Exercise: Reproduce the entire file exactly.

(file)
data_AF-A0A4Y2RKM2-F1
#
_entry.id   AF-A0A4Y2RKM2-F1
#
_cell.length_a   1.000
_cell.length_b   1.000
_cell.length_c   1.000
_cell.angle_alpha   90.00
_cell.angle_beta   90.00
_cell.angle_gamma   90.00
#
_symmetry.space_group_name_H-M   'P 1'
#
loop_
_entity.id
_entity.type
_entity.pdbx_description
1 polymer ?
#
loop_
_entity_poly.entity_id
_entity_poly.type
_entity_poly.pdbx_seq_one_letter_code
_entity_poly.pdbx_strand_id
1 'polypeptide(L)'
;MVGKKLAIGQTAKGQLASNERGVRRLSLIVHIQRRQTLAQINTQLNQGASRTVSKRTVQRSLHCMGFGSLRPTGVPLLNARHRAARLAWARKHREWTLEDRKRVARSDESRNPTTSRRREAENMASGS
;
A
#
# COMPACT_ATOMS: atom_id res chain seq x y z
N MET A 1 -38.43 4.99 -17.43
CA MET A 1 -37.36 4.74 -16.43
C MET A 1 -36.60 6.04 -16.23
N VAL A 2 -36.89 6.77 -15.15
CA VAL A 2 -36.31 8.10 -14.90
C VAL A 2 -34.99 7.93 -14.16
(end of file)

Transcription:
data_AF-A0A4Y2RKM2-F1
#
_entry.id   AF-A0A4Y2RKM2-F1
#
_cell.length_a   1.000
_cell.length_b   1.000
_cell.length_c   1.000
_cell.angle_alpha   90.00
_cell.angle_beta   90.00
_cell.angle_gamma   90.00
#
_symmetry.space_group_name_H-M   'P 1'
#
loop_
_entity.id
_entity.type
_entity.pdbx_description
1 polymer ?
#
loop_
_entity_poly.entity_id
_entity_poly.type
_entity_poly.pdbx_seq_one_letter_code
_entity_poly.pdbx_strand_id
1 'polypeptide(L)'
;MVGKKLAIGQTAKGQLASNERGVRRLSLIVHIQRRQTLAQINTQLNQGASRTVSKRTVQRSLHCMGFGSLRPTGVPLLNARHRAARLAWARKHREWTLEDRKRVARSDESRNPTTSRRREAENMASGS
;
A
#
# COMPACT_ATOMS: atom_id res chain seq x y z
N MET A 1 -38.43 4.99 -17.43
CA MET A 1 -37.36 4.74 -16.43
C MET A 1 -36.60 6.04 -16.23
N VAL A 2 -36.89 6.77 -15.15
CA VAL A 2 -36.31 8.10 -14.90
C VAL A 2 -34.99 7.93 -14.16